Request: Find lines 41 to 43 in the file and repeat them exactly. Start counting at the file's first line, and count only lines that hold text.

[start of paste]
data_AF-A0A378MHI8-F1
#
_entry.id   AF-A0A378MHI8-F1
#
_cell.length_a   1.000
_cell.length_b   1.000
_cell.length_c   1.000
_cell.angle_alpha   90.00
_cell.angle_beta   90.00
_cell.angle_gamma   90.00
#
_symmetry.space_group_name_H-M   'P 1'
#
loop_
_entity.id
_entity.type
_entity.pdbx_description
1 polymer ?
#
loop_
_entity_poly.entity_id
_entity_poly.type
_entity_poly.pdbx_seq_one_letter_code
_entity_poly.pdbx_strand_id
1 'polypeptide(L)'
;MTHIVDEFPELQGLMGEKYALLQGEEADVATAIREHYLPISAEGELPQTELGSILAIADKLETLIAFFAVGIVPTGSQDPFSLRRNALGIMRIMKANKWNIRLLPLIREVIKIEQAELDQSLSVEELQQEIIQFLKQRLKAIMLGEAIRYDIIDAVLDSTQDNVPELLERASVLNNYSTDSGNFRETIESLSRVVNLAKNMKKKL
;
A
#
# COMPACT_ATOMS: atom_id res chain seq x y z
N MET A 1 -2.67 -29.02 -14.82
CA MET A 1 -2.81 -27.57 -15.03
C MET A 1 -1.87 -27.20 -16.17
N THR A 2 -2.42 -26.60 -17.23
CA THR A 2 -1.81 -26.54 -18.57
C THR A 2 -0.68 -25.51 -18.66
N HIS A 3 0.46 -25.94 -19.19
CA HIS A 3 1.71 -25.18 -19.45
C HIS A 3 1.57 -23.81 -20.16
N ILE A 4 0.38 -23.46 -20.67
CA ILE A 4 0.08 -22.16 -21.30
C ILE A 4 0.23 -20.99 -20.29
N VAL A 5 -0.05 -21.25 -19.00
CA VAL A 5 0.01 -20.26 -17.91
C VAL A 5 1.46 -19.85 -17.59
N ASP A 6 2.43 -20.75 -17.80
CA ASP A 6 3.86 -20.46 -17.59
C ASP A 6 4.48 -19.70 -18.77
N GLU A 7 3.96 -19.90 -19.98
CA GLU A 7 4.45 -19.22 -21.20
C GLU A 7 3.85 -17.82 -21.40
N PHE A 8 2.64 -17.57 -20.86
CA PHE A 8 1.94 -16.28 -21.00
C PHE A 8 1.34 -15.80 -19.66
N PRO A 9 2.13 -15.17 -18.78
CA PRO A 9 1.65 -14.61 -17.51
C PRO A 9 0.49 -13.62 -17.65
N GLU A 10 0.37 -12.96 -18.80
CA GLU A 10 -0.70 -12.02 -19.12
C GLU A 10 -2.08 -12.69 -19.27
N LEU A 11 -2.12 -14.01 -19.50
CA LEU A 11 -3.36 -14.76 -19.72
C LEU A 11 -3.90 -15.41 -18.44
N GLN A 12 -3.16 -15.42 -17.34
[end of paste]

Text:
CA ILE A 4 0.08 -22.16 -21.30
C ILE A 4 0.23 -20.99 -20.29
N VAL A 5 -0.05 -21.25 -19.00